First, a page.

Currently, there are 81 GW of CHP installed across the United States, and significant potential for much more. A 2016 DOE study demonstrated that there is 340 GW more of technical potential for CHP. There has been considerable effort at the federal level to push for more CHP in the near-term. Examples include the Energy Policy Act of 2005, Federal Interconnection Standards, 2008 Federal Investment Tax Credit for CHP, 2008 Accelerated Depreciation for CHP boiler Maximum Achievable Control Technology (MACT) in 2011, and President Obama’s Executive Order in 2012 that set a goal of 40 GW of new CHP by 2020.

There has also been considerable regulatory and financial assistance activity at the state, utility, and local level. This includes interconnection standards, as well as incentives, grants, rebates, and loans. Some of the more notable activity includes New Jersey’s Energy Resilience Bank which provides grants and loans to cover 100% of costs of resilient systems, The New York State Energy Research and Development Authority (NYSERDA) CHP Incentive Program, and California’s Self-Generation Incentive Program (SGIP) which funds systems of up to 3 MW. Some other state activities to promote CHP for resilience include legislation in Texas and Louisiana that requires all newly constructed state facilities or state facilities undergoing major renovation to assess opportunities for CHP.  Similarly, Connecticut’s Microgrid Pilot Program has a central focus on the role of CHP.  Missouri, Illinois, and Michigan also have various CHP-focused energy resilience planning efforts.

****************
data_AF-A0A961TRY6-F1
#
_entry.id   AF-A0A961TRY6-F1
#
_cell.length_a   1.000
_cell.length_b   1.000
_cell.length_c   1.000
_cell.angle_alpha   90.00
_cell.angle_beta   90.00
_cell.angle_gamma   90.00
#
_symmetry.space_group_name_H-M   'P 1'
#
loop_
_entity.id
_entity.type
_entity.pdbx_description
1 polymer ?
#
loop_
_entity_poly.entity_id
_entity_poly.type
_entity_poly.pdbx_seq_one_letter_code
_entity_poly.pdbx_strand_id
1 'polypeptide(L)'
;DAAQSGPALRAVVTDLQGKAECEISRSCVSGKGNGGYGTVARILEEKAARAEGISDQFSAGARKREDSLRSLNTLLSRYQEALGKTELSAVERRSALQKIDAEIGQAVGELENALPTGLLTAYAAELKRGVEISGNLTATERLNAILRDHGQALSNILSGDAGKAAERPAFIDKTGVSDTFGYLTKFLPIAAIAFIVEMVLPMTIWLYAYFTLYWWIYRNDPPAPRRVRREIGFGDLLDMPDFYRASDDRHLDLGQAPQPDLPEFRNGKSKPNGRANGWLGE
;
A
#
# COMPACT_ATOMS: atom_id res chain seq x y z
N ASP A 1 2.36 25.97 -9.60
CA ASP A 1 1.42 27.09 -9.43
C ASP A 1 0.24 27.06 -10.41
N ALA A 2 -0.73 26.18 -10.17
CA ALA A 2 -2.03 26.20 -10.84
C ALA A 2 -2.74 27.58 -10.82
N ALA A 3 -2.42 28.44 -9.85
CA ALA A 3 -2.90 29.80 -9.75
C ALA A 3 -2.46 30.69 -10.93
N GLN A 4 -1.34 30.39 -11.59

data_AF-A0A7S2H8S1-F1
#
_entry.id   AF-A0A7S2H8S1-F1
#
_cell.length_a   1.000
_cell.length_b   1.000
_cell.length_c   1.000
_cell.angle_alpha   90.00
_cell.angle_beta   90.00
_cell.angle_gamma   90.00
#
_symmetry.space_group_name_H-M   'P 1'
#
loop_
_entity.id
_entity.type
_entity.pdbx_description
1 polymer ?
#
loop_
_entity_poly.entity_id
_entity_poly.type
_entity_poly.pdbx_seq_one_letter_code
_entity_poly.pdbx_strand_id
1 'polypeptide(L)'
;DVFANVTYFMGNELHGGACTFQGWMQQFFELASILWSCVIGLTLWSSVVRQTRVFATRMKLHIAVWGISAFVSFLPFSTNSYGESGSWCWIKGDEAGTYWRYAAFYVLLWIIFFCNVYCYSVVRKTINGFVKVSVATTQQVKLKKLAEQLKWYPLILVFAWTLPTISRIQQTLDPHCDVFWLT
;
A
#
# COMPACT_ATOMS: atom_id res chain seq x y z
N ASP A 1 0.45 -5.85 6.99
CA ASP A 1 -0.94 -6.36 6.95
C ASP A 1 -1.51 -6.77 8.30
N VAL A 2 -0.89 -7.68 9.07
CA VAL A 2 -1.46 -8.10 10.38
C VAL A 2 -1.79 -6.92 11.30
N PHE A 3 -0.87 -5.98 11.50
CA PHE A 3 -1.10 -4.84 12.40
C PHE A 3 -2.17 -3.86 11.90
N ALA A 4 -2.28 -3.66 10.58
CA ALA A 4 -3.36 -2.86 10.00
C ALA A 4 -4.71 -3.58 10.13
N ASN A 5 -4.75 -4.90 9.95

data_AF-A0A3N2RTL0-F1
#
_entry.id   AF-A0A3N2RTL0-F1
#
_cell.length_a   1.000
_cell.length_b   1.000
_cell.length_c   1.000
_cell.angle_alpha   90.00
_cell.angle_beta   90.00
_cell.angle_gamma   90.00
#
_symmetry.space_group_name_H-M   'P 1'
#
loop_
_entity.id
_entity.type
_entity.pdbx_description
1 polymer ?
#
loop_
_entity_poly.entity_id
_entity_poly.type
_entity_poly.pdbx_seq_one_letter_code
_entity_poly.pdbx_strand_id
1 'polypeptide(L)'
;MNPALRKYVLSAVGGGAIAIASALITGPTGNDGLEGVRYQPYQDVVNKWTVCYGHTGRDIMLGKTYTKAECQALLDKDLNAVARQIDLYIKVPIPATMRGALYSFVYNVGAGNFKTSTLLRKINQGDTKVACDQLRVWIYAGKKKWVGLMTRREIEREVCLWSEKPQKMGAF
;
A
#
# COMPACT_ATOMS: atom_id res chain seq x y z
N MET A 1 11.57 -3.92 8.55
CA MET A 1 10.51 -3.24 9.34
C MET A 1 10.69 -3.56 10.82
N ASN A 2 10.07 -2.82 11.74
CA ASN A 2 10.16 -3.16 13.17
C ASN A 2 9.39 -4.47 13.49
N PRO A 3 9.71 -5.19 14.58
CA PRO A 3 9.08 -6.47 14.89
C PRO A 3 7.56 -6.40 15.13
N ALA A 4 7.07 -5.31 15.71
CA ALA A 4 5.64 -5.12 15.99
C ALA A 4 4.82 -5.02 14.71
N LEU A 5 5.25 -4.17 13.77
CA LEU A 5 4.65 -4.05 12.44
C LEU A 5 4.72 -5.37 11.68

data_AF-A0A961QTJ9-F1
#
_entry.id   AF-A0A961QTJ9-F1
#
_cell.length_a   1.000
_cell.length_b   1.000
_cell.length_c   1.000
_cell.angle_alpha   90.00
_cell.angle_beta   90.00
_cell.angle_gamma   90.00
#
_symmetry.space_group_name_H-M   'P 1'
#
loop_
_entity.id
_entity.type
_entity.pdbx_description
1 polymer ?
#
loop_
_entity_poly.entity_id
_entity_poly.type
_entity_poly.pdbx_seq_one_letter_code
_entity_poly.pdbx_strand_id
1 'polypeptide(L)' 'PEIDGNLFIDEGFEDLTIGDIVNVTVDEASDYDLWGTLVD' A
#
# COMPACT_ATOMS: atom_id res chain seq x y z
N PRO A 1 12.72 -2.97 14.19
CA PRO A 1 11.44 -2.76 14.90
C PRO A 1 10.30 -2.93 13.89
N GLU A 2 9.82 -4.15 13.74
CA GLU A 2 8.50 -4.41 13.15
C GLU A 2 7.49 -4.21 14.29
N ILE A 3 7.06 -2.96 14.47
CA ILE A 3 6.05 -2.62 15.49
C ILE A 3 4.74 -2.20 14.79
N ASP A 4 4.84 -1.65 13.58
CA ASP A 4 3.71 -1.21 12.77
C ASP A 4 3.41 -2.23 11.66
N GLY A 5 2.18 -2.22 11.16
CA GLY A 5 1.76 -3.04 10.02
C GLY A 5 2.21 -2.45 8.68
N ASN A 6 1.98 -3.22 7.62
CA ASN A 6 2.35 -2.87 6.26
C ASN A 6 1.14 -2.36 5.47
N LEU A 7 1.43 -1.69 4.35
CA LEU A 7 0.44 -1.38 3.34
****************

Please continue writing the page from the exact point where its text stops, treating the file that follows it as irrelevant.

Finish Reading at HARC Research…